TimeDistributingContentTime to get back to the basics. You and your content team are likely spending a lot of time planning your B2B editorial content calendar, keeping up with the latest new in your industry, and of course creating new content for your website like blogs, whitepapers and infographics.

And when your latest masterpiece is finished, you hurriedly send out two or three tweets and move on to the next project.

But think about it: You sank a lot of time and effort into brainstorming an idea that will get traction, researching and writing a quality piece, and didn’t plan out the actual distribution of your content. Sure, if you’ve considered SEO along the way, people may find your article. But the overall balance of your content marketing process is off.

Unfortunately, this is pretty common.

For many marketers, development and distribution look more like an 80-20 ratio when it should be closer to 50-50. If you build it, they will not necessarily come unless you tell them about it.

If the idea of spending more time on distribution sounds like a huge chore, take a deep breath and keep reading.

The key to easily promoting your blog, whitepaper, infographic or article to your owned audience is planning ahead. Just like you’ve planned out your content strategy (you documented that, right?) and your editorial calendar, you should also plan distribution.

Your email subscribers—the engaged audience you’ve built—are still the most valuable readers. Make sure you’ve got an email ready to go. If one doesn’t automatically get sent to your subscribers when you publish a post, create an easy to use template to promote your latest post.

After you’ve got email squared away, turn to social.

I think this is where people figure, “If I tweet about it, all of my followers will see…I’ve done my job.” Unfortunately, this isn’t true. Moz reported way back in 2012 that a tweet’s lifespan is 18 minutes. In 2015, that lifespan is probably even shorter.  It’s crucial to set up tweets that will post at various times of the day for several days or weeks after your latest piece is done. To make your post more visually interesting, include an image, too. Hootsuite and Buffer are great for managing social, and you’ll also get some basic metrics. Don’t forget to take a look at Twitter’s metrics, too, to get a good idea of how many of your followers are actually seeing your tweet.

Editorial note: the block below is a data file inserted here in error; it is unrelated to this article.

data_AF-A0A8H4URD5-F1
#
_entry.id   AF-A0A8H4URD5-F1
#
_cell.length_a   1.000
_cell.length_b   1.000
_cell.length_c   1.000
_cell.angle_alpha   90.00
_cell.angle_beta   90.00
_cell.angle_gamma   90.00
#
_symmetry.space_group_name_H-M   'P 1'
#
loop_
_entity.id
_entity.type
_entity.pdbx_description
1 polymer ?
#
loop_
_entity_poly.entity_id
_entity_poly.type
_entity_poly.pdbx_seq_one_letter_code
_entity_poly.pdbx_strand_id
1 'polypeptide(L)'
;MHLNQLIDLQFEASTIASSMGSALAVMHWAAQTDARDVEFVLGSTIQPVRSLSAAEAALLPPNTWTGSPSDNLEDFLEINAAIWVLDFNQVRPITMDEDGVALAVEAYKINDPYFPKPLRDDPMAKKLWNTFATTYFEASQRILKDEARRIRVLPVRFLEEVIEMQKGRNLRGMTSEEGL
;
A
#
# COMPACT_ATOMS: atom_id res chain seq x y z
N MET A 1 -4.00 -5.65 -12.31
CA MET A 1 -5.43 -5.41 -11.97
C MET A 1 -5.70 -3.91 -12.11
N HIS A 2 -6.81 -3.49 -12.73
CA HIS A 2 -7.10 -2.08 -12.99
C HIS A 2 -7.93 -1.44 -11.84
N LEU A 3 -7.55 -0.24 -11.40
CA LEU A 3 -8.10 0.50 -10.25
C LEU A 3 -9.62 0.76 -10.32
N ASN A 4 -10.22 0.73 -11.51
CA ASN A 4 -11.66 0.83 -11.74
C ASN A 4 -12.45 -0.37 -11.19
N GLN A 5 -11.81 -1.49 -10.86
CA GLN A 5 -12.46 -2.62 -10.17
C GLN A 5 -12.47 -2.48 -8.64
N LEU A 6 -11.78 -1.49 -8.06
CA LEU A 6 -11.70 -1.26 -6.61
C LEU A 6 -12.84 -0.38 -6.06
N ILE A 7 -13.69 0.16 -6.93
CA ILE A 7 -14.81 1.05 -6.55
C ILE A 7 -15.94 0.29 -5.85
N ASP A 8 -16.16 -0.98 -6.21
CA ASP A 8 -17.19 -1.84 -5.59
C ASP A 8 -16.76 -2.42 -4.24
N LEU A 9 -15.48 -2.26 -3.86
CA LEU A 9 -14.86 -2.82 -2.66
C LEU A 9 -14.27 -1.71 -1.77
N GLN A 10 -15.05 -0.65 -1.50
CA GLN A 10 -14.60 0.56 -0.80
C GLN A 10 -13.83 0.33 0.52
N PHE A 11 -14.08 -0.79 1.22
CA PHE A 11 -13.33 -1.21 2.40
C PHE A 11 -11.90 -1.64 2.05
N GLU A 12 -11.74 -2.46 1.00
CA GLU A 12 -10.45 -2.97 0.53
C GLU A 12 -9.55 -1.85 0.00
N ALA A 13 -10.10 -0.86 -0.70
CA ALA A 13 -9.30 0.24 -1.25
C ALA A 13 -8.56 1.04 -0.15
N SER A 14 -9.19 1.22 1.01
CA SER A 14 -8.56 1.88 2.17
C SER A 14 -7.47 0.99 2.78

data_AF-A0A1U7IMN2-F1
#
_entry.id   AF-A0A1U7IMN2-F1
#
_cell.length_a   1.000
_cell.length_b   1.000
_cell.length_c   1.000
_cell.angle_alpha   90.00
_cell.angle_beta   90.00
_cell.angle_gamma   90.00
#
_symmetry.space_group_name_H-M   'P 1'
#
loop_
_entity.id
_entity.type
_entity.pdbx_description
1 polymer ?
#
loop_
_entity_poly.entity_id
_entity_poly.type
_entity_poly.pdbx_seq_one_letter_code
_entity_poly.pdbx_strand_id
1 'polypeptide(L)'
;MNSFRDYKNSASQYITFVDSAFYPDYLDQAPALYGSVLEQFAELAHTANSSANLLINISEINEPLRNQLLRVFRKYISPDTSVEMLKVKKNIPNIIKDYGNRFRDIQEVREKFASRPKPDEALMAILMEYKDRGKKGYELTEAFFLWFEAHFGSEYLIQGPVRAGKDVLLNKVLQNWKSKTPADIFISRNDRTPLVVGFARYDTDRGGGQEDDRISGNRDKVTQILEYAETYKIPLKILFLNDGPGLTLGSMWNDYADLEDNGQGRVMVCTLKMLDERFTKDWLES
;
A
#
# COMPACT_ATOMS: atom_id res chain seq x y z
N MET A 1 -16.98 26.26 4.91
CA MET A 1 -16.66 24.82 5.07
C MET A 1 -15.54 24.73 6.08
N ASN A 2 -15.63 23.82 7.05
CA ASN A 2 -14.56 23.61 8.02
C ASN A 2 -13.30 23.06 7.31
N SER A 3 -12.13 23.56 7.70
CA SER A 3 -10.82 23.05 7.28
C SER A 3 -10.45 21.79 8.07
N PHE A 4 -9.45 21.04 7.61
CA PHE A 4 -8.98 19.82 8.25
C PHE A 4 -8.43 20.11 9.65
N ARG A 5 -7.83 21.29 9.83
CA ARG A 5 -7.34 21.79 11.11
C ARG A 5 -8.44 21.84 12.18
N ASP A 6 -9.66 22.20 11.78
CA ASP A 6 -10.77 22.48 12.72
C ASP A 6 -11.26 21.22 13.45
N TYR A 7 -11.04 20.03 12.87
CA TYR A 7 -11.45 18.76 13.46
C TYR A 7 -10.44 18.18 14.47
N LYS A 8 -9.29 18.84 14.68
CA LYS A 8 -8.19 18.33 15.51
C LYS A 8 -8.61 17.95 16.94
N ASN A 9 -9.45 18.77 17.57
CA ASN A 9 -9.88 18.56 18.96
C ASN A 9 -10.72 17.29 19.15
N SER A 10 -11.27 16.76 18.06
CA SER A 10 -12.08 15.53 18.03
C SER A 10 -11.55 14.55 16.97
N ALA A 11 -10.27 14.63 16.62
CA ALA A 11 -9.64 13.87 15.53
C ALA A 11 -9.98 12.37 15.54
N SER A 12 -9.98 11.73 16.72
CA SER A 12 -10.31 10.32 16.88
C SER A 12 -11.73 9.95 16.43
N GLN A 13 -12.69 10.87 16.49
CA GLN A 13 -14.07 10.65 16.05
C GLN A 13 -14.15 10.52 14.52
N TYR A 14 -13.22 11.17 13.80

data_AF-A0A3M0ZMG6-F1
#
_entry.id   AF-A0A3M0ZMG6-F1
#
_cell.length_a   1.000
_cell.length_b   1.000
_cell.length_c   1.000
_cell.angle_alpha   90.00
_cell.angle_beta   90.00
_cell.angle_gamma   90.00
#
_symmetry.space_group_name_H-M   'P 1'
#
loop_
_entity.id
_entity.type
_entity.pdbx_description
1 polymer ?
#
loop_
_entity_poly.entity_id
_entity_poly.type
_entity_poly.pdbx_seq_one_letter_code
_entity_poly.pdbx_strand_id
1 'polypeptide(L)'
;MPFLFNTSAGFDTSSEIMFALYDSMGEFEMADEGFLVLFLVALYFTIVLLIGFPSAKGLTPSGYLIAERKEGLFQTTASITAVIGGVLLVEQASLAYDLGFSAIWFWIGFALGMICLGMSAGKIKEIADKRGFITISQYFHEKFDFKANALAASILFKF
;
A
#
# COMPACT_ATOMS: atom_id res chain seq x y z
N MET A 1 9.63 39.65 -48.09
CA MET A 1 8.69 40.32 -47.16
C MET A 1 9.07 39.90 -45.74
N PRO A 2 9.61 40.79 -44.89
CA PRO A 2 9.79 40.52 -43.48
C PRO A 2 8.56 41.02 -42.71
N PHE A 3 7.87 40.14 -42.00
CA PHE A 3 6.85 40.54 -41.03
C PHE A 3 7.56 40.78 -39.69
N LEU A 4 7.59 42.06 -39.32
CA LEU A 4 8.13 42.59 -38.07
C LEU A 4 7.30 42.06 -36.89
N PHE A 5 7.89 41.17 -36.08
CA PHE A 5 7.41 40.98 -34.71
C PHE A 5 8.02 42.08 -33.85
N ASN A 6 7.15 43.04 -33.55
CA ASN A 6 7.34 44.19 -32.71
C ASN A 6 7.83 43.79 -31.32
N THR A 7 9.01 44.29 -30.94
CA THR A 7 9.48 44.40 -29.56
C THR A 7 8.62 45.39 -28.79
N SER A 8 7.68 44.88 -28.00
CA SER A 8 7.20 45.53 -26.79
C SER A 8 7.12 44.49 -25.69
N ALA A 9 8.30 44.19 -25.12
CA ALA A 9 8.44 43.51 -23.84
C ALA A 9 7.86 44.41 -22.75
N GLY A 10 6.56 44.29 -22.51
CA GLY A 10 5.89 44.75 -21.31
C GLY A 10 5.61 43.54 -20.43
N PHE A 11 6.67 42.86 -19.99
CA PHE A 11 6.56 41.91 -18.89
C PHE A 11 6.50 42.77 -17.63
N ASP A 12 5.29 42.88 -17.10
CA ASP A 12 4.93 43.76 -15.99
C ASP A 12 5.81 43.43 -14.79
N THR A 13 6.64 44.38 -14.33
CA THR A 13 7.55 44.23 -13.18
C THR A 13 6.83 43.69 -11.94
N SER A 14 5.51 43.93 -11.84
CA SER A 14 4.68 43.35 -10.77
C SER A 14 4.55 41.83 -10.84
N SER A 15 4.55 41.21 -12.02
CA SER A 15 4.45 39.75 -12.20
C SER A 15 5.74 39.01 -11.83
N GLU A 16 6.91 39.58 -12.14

Turn to LinkedIn next. The good news is that LinkedIn posts last much longer than tweets. So write a thoughtful update and share your latest piece with your followers. You might also want to consider asking a question to prompt discussion and expand your reach.

To get an even longer shelf life out of your posts, you can now also publish on LinkedIn. The platform is gaining steam, and it can be a great way to reach a new, wider audience. Your post is shared with your connection and followers. It’s searchable on the site, and people who aren’t connected to you can follow you for more updates. In addition to that, your post will live on your LinkedIn profile so that anyone can easily find it. A note or two: For now, your actual company can’t publish a post; it has to be done by an individual (thought you can tag your company in it). When you publish on LinkedIn, remember to let your readers know that it first appeared on your site.

After you’ve set up automatic posts, create a recurring calendar event in the morning and evening to monitor and respond to social posts and check out your metrics. If it’s not performing how you’d hoped, use different keywords to see if that boosts engagement.

After you’ve moved on to writing new posts or developing a new whitepaper, don’t forget about your older posts. Look at your high performers and add them to you social queue so they get even more traction.

Is this everything you should do to distribute your content? Absolutely not. But it’s a starting point—the bare minimum you should be doing. And it’s probably more than you’re doing today.